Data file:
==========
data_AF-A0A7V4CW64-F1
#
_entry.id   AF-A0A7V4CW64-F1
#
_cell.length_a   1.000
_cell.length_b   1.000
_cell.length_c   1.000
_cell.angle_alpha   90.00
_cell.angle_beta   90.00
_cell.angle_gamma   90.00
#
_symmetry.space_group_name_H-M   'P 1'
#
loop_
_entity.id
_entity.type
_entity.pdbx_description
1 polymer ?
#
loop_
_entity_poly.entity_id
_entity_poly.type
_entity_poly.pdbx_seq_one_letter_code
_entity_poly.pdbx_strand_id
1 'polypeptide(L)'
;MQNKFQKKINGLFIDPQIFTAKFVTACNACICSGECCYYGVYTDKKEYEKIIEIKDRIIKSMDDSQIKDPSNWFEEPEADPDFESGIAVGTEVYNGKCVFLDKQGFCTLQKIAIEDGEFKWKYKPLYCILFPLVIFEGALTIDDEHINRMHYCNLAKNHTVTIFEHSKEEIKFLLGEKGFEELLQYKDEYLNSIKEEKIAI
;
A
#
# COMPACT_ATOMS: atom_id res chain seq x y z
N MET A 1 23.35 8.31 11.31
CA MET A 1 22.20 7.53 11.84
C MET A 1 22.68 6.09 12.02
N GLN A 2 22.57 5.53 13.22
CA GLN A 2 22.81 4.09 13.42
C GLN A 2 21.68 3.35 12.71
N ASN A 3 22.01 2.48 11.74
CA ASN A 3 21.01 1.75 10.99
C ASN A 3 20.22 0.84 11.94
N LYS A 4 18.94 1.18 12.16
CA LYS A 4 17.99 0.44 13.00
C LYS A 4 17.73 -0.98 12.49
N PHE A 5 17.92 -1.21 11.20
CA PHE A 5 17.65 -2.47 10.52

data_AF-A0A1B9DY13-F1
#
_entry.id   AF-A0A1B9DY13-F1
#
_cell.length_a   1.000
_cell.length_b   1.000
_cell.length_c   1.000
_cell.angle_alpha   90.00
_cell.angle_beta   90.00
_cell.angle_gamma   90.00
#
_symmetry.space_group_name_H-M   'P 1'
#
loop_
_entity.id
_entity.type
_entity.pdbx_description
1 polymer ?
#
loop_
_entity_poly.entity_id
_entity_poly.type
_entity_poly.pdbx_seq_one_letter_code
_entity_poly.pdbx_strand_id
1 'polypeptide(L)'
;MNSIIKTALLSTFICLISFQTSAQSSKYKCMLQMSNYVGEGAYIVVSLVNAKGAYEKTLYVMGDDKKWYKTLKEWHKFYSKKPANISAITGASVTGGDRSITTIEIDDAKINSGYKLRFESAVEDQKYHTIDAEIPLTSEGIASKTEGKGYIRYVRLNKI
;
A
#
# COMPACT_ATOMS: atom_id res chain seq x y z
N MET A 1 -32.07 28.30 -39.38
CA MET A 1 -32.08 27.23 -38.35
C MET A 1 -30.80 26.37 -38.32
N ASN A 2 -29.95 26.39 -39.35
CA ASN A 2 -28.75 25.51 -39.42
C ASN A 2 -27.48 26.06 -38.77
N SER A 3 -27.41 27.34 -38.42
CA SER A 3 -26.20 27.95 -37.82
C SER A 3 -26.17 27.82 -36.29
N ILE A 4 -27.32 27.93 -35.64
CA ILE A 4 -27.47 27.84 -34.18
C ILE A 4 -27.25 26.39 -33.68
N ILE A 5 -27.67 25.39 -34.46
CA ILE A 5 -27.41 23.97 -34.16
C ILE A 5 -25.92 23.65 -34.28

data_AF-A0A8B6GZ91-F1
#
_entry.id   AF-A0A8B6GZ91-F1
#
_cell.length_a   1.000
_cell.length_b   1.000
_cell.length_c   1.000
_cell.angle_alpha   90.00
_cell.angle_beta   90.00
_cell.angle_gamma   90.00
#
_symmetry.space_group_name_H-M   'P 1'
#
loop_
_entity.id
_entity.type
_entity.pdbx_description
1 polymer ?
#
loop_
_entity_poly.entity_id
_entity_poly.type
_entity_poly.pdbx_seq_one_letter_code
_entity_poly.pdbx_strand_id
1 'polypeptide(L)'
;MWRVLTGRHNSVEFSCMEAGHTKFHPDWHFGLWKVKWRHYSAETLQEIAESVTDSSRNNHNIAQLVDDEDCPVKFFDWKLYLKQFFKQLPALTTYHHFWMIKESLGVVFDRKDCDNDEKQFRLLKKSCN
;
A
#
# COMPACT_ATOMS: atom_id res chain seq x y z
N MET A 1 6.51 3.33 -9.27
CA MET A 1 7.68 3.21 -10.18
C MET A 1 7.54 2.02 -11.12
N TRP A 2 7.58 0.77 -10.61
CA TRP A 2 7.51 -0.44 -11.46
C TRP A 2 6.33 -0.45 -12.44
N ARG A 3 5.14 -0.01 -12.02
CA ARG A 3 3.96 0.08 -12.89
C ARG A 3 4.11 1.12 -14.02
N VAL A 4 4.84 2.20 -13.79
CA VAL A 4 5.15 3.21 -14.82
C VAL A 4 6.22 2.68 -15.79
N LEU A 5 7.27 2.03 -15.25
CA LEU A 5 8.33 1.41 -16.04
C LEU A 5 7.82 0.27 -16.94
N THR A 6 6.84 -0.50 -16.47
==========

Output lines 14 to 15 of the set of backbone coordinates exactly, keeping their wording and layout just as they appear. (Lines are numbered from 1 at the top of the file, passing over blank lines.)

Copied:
loop_
_entity.id